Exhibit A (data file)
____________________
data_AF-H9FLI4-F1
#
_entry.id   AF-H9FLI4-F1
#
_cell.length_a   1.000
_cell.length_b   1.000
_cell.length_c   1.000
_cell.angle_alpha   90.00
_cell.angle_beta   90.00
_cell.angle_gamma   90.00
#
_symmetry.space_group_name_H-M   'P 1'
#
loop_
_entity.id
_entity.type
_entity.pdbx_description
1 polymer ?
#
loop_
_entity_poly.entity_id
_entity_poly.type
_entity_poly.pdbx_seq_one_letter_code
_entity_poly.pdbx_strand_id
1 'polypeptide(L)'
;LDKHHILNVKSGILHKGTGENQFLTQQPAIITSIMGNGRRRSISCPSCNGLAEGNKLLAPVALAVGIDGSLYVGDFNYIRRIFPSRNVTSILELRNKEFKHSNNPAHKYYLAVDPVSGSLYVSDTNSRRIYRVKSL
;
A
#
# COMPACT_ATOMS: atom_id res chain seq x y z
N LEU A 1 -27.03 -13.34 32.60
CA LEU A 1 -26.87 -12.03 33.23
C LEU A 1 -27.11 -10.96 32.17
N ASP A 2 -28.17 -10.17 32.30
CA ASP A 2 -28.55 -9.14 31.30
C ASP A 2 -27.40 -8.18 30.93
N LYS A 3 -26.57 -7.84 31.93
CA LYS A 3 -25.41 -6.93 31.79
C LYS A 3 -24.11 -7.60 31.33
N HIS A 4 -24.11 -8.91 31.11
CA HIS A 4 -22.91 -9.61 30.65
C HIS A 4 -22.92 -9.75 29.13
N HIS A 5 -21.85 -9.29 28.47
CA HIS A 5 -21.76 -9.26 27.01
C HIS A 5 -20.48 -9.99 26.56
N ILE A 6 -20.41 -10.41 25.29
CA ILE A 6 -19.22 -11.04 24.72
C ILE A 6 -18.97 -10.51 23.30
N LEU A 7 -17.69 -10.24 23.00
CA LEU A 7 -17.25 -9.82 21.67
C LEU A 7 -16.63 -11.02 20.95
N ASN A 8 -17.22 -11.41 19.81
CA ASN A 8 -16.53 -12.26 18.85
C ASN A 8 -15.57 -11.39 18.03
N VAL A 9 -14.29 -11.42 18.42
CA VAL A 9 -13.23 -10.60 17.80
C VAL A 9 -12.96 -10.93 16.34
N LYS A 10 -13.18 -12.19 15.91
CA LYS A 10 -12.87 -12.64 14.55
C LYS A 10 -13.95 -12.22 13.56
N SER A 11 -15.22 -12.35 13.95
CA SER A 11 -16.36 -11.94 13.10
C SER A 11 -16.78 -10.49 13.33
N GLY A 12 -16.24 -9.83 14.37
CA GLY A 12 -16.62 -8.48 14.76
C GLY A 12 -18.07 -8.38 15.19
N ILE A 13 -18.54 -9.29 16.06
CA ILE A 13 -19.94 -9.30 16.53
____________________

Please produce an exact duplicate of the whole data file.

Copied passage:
data_AF-H9FLI4-F1
#
_entry.id   AF-H9FLI4-F1
#
_cell.length_a   1.000
_cell.length_b   1.000
_cell.length_c   1.000
_cell.angle_alpha   90.00
_cell.angle_beta   90.00
_cell.angle_gamma   90.00
#
_symmetry.space_group_name_H-M   'P 1'
#
loop_
_entity.id
_entity.type
_entity.pdbx_description
1 polymer ?
#
loop_
_entity_poly.entity_id
_entity_poly.type
_entity_poly.pdbx_seq_one_letter_code
_entity_poly.pdbx_strand_id
1 'polypeptide(L)'
;LDKHHILNVKSGILHKGTGENQFLTQQPAIITSIMGNGRRRSISCPSCNGLAEGNKLLAPVALAVGIDGSLYVGDFNYIRRIFPSRNVTSILELRNKEFKHSNNPAHKYYLAVDPVSGSLYVSDTNSRRIYRVKSL
;
A
#
# COMPACT_ATOMS: atom_id res chain seq x y z
N LEU A 1 -27.03 -13.34 32.60
CA LEU A 1 -26.87 -12.03 33.23
C LEU A 1 -27.11 -10.96 32.17
N ASP A 2 -28.17 -10.17 32.30
CA ASP A 2 -28.55 -9.14 31.30
C ASP A 2 -27.40 -8.18 30.93
N LYS A 3 -26.57 -7.84 31.93
CA LYS A 3 -25.41 -6.93 31.79
C LYS A 3 -24.11 -7.60 31.33
N HIS A 4 -24.11 -8.91 31.11
CA HIS A 4 -22.91 -9.61 30.65
C HIS A 4 -22.92 -9.75 29.13
N HIS A 5 -21.85 -9.29 28.47
CA HIS A 5 -21.76 -9.26 27.01
C HIS A 5 -20.48 -9.99 26.56
N ILE A 6 -20.41 -10.41 25.29
CA ILE A 6 -19.22 -11.04 24.72
C ILE A 6 -18.97 -10.51 23.30
N LEU A 7 -17.69 -10.24 23.00
CA LEU A 7 -17.25 -9.82 21.67
C LEU A 7 -16.63 -11.02 20.95
N ASN A 8 -17.22 -11.41 19.81
CA ASN A 8 -16.53 -12.26 18.85
C ASN A 8 -15.57 -11.39 18.03
N VAL A 9 -14.29 -11.42 18.42
CA VAL A 9 -13.23 -10.60 17.80
C VAL A 9 -12.96 -10.93 16.34
N LYS A 10 -13.18 -12.19 15.91
CA LYS A 10 -12.87 -12.64 14.55
C LYS A 10 -13.95 -12.22 13.56
N SER A 11 -15.22 -12.35 13.95
CA SER A 11 -16.36 -11.94 13.10
C SER A 11 -16.78 -10.49 13.33
N GLY A 12 -16.24 -9.83 14.37
CA GLY A 12 -16.62 -8.48 14.76
C GLY A 12 -18.07 -8.38 15.19
N ILE A 13 -18.54 -9.29 16.06
CA ILE A 13 -19.94 -9.30 16.53